Unmukt Chand’s rise in cricket has coincided with an academic low given the controversy surrounding his stint as a student at St Stephens College. While the row involving the cricketer and college management has ebbed for now, it has ignited a fresh debate among youth on whether to focus on studies or sports?

The debate involving sportsmen and educationists assumes significance in wake of India’s aspiration to become a sporting superpower. Interestingly, educationists favour pursuing excellence both in sports and academics, while sportsmen generally see merit in making a distinct choice.

India’s only two time Olympic medal winner, grappler Sushil Kumar is keen to strike the right moves. A categorical yes in favour of sports is his vocal recommendation to his milling supporters. But he would not mind if it comes with the bonus of a good educational record. The silver medalist says, “Education plays a key role in anyone’s life and it is important for any sportsman to concentrate on both things (sports and studies) together. However, I still favour one thing at one time to get better results.”

Kumar essentially echoes the sentiment aired by Indian cricket team, Mahendra Singh Dhoni. His recent tweet on the Chand controversy made the choice visibly clear. "Marks for sports take back seat; attendance for now takes centre-stage. This shows how much importance sports have in India,” lamented Dhoni on Twitter.

But educationists think differently on this issue. Dr. Amita Rana, Associate Professor, department of physical education at Miranda House in Delhi University says, “There are students who excel in sports as well as in academics. It is unfair to say that a person can do well only in one field. It all depends on the concentration and the attitude of a child.”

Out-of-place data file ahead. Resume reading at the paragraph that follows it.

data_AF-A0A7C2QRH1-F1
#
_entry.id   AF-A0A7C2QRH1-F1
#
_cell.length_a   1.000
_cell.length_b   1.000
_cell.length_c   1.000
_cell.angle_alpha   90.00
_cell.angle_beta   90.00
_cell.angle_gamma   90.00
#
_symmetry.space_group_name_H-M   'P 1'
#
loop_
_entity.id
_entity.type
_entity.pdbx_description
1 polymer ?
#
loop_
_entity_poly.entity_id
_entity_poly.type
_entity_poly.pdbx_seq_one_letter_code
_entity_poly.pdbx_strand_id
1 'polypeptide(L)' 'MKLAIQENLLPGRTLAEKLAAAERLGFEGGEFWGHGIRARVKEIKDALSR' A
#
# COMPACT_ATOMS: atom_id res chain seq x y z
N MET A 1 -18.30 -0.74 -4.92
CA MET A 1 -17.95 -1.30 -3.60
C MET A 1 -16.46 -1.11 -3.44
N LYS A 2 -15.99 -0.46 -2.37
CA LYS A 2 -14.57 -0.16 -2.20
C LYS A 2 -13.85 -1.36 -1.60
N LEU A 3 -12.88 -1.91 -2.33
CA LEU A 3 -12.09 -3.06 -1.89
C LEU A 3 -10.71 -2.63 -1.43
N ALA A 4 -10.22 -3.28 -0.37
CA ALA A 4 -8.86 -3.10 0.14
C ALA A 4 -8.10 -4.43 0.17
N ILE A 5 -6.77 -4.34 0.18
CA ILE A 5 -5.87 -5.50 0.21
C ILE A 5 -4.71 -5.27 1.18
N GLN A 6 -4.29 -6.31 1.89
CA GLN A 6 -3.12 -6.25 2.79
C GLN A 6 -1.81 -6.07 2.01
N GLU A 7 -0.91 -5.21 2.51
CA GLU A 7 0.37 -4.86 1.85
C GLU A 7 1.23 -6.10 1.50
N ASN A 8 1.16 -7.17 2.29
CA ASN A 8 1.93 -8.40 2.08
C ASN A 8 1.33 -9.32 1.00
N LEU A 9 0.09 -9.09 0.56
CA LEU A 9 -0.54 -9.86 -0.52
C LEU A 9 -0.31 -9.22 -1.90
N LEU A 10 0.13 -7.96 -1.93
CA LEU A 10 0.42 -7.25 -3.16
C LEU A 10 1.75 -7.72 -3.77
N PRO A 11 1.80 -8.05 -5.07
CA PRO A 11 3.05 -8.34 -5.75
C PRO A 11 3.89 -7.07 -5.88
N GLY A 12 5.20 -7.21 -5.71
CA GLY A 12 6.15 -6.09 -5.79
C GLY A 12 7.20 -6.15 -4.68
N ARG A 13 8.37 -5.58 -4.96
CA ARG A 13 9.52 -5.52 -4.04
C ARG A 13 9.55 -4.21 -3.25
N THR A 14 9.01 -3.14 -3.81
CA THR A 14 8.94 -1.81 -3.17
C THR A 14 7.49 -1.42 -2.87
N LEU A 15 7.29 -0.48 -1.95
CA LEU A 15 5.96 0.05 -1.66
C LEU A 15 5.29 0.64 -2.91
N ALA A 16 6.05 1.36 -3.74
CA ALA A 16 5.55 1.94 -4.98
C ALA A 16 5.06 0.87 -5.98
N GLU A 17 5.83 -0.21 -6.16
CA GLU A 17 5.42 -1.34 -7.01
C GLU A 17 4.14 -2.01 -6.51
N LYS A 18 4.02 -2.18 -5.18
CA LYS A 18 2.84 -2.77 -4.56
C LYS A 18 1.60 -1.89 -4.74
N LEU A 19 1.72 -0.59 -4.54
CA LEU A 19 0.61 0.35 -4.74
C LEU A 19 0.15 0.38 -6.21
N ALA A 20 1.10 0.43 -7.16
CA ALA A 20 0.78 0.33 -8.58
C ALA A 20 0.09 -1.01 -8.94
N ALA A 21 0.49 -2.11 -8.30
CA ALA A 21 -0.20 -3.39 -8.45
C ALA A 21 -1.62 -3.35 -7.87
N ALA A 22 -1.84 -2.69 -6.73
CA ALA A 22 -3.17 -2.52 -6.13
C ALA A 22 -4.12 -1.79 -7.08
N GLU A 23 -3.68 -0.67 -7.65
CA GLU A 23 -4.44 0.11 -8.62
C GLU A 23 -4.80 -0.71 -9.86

Dr. Suresh Kumar Lau, associate professor in Satyawati College (evening) at Delhi University is keen students continue pursuit of academics with sports. He concurs, “I have no doubts that students can easily handle studies with sports.”

The division of opinion between academicians and sportsmen points to the need for a cogent clear cut policy for sportsmen in education. Both agree India does not have a clear cut policy and the absence of which leads to needless controversy. But is there some learning available globally to be incorporated as part of the policy?

Dr. Mukesh Agarwal, joint secretary in Delhi University (DU) Sports Council argues that education system should only promote the enhancement of knowledge and not the degree. Quoting example of others, Agarwal clarifies, “In other countries, sports is in the curriculum, like any other discipline. They (governments there) provide equal weight age to sports and activities related to the same. They have credit system. The atmosphere is such that there is no place for any attendance issue.”

Rana, at DU, calls for a drastic overhaul. “Support system for sports is very poor in India. Universities are becoming purely academic in nature and there is little scope for promoting excellence in sports. The situation is really pathetic.”

Lau further illustrates the lack of uniformity in policy framework in various universities in the country. “In Haryana and Punjab, universities promote sports equally with studies. Perhaps this is why today we have maximum sportsmen from these two states.”